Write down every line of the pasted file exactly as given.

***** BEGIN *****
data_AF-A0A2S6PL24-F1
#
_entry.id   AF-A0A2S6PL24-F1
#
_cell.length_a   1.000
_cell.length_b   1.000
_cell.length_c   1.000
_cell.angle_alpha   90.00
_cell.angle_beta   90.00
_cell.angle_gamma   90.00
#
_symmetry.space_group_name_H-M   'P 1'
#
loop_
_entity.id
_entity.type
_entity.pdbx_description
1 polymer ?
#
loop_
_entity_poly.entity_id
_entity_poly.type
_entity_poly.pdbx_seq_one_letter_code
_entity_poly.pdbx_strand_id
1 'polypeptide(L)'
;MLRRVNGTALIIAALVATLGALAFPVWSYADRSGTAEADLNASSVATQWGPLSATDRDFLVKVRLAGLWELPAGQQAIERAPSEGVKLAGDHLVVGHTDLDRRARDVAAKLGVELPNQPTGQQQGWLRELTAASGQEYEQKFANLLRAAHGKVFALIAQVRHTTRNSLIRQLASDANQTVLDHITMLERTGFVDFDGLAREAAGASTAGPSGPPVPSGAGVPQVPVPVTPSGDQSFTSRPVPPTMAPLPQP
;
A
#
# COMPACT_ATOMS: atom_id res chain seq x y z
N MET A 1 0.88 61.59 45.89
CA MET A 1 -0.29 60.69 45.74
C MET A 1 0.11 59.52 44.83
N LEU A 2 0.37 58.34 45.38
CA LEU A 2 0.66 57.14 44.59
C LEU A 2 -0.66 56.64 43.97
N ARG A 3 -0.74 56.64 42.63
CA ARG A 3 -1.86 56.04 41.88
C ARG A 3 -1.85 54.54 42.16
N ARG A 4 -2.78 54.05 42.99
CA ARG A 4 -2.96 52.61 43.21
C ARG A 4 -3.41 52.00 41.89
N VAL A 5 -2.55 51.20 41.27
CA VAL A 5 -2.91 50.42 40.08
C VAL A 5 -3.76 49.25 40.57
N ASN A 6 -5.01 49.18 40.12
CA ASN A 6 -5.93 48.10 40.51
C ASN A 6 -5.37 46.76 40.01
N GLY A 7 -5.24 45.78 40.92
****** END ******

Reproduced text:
data_AF-A0A2S6PL24-F1
#
_entry.id   AF-A0A2S6PL24-F1
#
_cell.length_a   1.000
_cell.length_b   1.000
_cell.length_c   1.000
_cell.angle_alpha   90.00
_cell.angle_beta   90.00
_cell.angle_gamma   90.00
#
_symmetry.space_group_name_H-M   'P 1'
#
loop_
_entity.id
_entity.type
_entity.pdbx_description
1 polymer ?
#
loop_
_entity_poly.entity_id
_entity_poly.type
_entity_poly.pdbx_seq_one_letter_code
_entity_poly.pdbx_strand_id
1 'polypeptide(L)'
;MLRRVNGTALIIAALVATLGALAFPVWSYADRSGTAEADLNASSVATQWGPLSATDRDFLVKVRLAGLWELPAGQQAIERAPSEGVKLAGDHLVVGHTDLDRRARDVAAKLGVELPNQPTGQQQGWLRELTAASGQEYEQKFANLLRAAHGKVFALIAQVRHTTRNSLIRQLASDANQTVLDHITMLERTGFVDFDGLAREAAGASTAGPSGPPVPSGAGVPQVPVPVTPSGDQSFTSRPVPPTMAPLPQP
;
A
#
# COMPACT_ATOMS: atom_id res chain seq x y z
N MET A 1 0.88 61.59 45.89
CA MET A 1 -0.29 60.69 45.74
C MET A 1 0.11 59.52 44.83
N LEU A 2 0.37 58.34 45.38
CA LEU A 2 0.66 57.14 44.59
C LEU A 2 -0.66 56.64 43.97
N ARG A 3 -0.74 56.64 42.63
CA ARG A 3 -1.86 56.04 41.88
C ARG A 3 -1.85 54.54 42.16
N ARG A 4 -2.78 54.05 42.99
CA ARG A 4 -2.96 52.61 43.21
C ARG A 4 -3.41 52.00 41.89
N VAL A 5 -2.55 51.20 41.27
CA VAL A 5 -2.91 50.42 40.08
C VAL A 5 -3.76 49.25 40.57
N ASN A 6 -5.01 49.18 40.12
CA ASN A 6 -5.93 48.10 40.51
C ASN A 6 -5.37 46.76 40.01
N GLY A 7 -5.24 45.78 40.92